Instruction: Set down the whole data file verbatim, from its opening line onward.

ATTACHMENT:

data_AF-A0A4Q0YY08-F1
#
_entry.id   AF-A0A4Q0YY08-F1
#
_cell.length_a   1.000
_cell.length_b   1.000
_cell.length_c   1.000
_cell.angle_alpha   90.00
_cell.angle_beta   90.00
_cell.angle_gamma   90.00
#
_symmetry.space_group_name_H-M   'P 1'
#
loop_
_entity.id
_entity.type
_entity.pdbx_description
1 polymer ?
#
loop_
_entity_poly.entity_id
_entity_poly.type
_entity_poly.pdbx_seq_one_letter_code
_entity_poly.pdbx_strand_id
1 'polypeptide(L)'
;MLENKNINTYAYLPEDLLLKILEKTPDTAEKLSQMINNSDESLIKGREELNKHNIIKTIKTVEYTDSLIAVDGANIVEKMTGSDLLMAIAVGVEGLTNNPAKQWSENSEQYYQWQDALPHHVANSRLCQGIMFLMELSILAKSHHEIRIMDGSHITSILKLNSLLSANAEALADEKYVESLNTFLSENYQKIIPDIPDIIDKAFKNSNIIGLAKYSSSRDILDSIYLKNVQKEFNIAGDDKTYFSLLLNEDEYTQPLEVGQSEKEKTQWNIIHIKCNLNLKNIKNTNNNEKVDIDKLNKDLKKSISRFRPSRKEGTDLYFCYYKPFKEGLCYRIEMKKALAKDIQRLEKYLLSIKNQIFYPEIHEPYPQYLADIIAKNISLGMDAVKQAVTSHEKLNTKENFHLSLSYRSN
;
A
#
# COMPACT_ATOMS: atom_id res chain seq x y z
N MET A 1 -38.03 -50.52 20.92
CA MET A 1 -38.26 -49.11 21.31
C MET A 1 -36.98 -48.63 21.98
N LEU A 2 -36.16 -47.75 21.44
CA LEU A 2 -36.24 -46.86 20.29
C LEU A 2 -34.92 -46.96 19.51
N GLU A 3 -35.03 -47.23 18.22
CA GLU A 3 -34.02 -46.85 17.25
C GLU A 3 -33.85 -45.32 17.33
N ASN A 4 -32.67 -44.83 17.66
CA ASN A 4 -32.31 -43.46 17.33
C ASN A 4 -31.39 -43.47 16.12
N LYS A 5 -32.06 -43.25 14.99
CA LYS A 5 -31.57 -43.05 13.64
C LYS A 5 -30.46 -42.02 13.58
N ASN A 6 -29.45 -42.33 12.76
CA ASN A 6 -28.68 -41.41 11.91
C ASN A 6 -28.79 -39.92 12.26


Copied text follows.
data_AF-A0A4Q0YY08-F1
#
_entry.id   AF-A0A4Q0YY08-F1
#
_cell.length_a   1.000
_cell.length_b   1.000
_cell.length_c   1.000
_cell.angle_alpha   90.00
_cell.angle_beta   90.00
_cell.angle_gamma   90.00
#
_symmetry.space_group_name_H-M   'P 1'
#
loop_
_entity.id
_entity.type
_entity.pdbx_description
1 polymer ?
#
loop_
_entity_poly.entity_id
_entity_poly.type
_entity_poly.pdbx_seq_one_letter_code
_entity_poly.pdbx_strand_id
1 'polypeptide(L)'
;MLENKNINTYAYLPEDLLLKILEKTPDTAEKLSQMINNSDESLIKGREELNKHNIIKTIKTVEYTDSLIAVDGANIVEKMTGSDLLMAIAVGVEGLTNNPAKQWSENSEQYYQWQDALPHHVANSRLCQGIMFLMELSILAKSHHEIRIMDGSHITSILKLNSLLSANAEALADEKYVESLNTFLSENYQKIIPDIPDIIDKAFKNSNIIGLAKYSSSRDILDSIYLKNVQKEFNIAGDDKTYFSLLLNEDEYTQPLEVGQSEKEKTQWNIIHIKCNLNLKNIKNTNNNEKVDIDKLNKDLKKSISRFRPSRKEGTDLYFCYYKPFKEGLCYRIEMKKALAKDIQRLEKYLLSIKNQIFYPEIHEPYPQYLADIIAKNISLGMDAVKQAVTSHEKLNTKENFHLSLSYRSN
;
A
#
# COMPACT_ATOMS: atom_id res chain seq x y z
N MET A 1 -38.03 -50.52 20.92
CA MET A 1 -38.26 -49.11 21.31
C MET A 1 -36.98 -48.63 21.98
N LEU A 2 -36.16 -47.75 21.44
CA LEU A 2 -36.24 -46.86 20.29
C LEU A 2 -34.92 -46.96 19.51
N GLU A 3 -35.03 -47.23 18.22
CA GLU A 3 -34.02 -46.85 17.25
C GLU A 3 -33.85 -45.32 17.33
N ASN A 4 -32.67 -44.83 17.66
CA ASN A 4 -32.31 -43.46 17.33
C ASN A 4 -31.39 -43.47 16.12
N LYS A 5 -32.06 -43.25 14.99
CA LYS A 5 -31.57 -43.05 13.64
C LYS A 5 -30.46 -42.02 13.58
N ASN A 6 -29.45 -42.33 12.76
CA ASN A 6 -28.68 -41.41 11.91
C ASN A 6 -28.79 -39.92 12.26